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Bus Authority Authorizes Replacement Drivers

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WAMC/Pat Bradley
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The transportation agency in Vermont's largest county has authorized its staff to secure temporary bus drivers until negotiations with striking drivers are resolved.

Bus drivers in Chittenden County went on strike March 17th. Among the sticking points in negotiations for a new three-year contract are the use of anonymous complaints as the basis for discipline, the time drivers are idle between driving shifts and the use of part-time drivers.

Chittenden County Transportation Authority commissioners passed a resolution Monday evening that says “In the interest of restoring transit service as quickly as possible, the Board authorizes staff... to secure temporary drivers until the negotiation is resolved.” It continues with a request that an action plan be prepared that includes options for legal action to end the strike.
CCTA Director of Service Development Meredith Birkett explains that the plan must be ready for commissioners by Thursday.  “The board’s consideration of temporary drivers is really based on concerns for the passengers who have been without service now for over two weeks. Their major focus right now is trying to figure out a way to get service on the street as quickly as possible. Obviously they want a resolution to the contract negotiations, they want he strike to end. But while we pursue those options they are willing to consider temporary workers in order to get that service up and running as quickly as possible.”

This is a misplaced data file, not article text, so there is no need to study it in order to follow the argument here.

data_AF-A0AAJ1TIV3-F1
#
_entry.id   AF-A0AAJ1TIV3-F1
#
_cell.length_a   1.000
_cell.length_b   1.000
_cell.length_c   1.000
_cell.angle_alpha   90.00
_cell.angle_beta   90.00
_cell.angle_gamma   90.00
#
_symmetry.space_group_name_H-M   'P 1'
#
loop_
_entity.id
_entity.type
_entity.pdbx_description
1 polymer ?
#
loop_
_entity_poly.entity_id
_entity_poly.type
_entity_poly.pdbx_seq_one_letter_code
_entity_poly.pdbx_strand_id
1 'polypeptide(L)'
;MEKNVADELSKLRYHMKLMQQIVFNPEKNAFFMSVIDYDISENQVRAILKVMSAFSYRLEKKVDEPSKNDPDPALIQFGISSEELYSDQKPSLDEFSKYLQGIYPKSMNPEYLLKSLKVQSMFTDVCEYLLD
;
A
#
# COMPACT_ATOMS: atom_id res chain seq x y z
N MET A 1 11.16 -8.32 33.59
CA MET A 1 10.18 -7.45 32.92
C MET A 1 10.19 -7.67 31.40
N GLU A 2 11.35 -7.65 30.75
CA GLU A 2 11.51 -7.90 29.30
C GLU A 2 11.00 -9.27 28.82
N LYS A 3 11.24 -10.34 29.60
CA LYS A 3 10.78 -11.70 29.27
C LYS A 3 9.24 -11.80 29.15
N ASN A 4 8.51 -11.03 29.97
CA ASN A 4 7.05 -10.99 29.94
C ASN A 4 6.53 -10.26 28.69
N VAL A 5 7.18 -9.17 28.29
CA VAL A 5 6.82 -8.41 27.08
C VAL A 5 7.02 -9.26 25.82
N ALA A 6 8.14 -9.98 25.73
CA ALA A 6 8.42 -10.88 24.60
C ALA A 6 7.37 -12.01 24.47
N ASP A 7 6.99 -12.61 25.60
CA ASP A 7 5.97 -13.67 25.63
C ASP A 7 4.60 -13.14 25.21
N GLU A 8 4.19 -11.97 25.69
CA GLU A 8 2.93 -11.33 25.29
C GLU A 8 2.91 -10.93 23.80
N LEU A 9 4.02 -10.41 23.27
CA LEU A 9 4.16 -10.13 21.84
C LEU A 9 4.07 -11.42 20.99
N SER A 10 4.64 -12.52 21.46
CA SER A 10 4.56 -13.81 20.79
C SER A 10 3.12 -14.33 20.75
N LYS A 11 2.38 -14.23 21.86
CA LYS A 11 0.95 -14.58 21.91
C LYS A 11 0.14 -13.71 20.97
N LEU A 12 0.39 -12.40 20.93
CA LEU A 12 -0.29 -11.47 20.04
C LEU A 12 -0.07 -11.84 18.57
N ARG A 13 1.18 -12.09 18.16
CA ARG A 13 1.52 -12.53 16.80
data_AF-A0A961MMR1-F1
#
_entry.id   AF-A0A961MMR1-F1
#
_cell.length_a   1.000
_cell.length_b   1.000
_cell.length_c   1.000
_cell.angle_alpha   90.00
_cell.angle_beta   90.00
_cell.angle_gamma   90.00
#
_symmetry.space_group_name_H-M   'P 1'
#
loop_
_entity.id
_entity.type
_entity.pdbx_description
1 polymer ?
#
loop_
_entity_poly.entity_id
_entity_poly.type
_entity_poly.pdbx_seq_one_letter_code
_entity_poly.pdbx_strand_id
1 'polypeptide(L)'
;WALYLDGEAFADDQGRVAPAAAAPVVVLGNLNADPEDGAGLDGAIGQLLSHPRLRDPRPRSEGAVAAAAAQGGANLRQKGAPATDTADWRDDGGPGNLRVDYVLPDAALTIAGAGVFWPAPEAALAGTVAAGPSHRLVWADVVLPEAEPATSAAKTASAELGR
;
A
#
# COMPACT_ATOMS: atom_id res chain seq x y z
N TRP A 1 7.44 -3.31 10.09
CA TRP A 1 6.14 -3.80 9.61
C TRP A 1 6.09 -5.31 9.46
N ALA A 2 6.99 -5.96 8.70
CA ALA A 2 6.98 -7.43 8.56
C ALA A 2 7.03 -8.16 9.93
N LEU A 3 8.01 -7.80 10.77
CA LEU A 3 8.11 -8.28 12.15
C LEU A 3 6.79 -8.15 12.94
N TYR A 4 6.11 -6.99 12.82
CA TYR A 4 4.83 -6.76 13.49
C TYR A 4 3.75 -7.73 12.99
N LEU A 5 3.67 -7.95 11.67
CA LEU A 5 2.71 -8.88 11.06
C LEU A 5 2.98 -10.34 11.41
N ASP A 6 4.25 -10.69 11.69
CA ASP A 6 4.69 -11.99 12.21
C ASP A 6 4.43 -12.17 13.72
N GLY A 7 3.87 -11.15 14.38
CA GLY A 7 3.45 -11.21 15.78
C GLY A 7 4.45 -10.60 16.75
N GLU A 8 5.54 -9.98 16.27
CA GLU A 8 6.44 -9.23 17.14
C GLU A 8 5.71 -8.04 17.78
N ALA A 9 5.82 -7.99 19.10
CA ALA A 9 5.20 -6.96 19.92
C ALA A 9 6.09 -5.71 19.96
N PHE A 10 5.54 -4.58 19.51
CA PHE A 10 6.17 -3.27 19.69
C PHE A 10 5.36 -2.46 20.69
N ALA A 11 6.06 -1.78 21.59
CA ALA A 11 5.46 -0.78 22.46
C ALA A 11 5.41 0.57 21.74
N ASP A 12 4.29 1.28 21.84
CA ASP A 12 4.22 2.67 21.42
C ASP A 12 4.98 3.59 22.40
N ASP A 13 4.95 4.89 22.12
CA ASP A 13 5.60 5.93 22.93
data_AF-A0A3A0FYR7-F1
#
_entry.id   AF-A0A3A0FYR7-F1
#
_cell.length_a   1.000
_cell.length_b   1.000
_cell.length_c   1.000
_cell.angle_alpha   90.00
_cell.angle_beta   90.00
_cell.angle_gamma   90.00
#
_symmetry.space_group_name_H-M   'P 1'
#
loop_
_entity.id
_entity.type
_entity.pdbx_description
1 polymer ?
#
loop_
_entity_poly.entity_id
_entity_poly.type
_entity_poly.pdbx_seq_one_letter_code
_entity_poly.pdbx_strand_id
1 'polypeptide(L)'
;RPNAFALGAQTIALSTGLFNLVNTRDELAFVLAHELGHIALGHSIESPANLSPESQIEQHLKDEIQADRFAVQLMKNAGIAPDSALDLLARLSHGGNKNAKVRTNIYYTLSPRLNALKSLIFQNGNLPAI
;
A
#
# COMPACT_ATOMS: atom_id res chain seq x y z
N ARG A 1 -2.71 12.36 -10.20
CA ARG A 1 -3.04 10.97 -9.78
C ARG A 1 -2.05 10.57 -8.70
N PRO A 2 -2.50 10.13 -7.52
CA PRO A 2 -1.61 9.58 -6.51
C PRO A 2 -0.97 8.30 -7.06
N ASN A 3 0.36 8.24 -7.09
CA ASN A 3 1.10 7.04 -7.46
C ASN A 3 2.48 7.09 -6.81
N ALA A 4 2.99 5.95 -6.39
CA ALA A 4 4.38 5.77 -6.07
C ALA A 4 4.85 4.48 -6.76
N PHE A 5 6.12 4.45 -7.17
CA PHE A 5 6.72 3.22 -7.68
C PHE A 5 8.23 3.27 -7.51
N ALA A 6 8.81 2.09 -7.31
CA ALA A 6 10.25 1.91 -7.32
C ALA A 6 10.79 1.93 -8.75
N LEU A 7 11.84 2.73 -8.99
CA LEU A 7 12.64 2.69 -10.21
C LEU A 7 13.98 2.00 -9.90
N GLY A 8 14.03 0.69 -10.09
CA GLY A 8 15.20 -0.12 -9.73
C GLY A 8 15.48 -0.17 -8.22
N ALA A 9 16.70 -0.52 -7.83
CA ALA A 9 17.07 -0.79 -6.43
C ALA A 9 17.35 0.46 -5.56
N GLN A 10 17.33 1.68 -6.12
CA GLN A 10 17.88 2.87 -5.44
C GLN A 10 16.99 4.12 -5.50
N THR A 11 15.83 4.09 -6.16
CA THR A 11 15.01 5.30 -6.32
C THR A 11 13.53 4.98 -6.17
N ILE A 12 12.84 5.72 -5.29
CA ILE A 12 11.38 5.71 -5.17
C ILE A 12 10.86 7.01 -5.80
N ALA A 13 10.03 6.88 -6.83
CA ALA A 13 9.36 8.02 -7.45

The CCTA Community Solidarity Committee supports the striking drivers. Member Traven Leyshon believes CCTA management is attempting to frighten the unionized drivers.  “This goes hand in hand with the fact that they canceled their health coverage today. And failed to provide the drivers with the information that they’re legally required to provide under the COBRA law. This is a negotiating ploy.”  

Vermont Workers’ Center Executive Director James Haslam believes the threat of hiring replacements is merely a political move by management that would be impractical and unsafe.  “The amount of time that it would take to get new replacement drivers up, that don’t know this community, is not anything that this community is going to tolerate. People in this community are solidly behind the bus drivers. What the CCTA Board of Commissioners should do and the management is get back to the negotiating table. The drivers have asked for that. They’ve come up with a counter proposal. It’s overdue to get a fair contract and end this thing.”

Teamsters representative Rob Slingerland says drivers see the board’s resolution as proof that management does not want to negotiate in good faith. “We’re pretty confident that this is just another sign that the company is running out of options.  Which is why we’re standing strong. The messages they put out in their press releases are half-truths, if any truth at all, which is why our support is so strong. But, right now, the mood of the drivers are stand fast and firm. We are united more than we ever were and we are going to remain that way until they give us a fair and respectable contract.”

Additional negotiations between the union and CCTA have been scheduled for Wednesday at 5 p.m. About 9,700 riders board the buses daily, including students from the Burlington school system and the University of Vermont.
 

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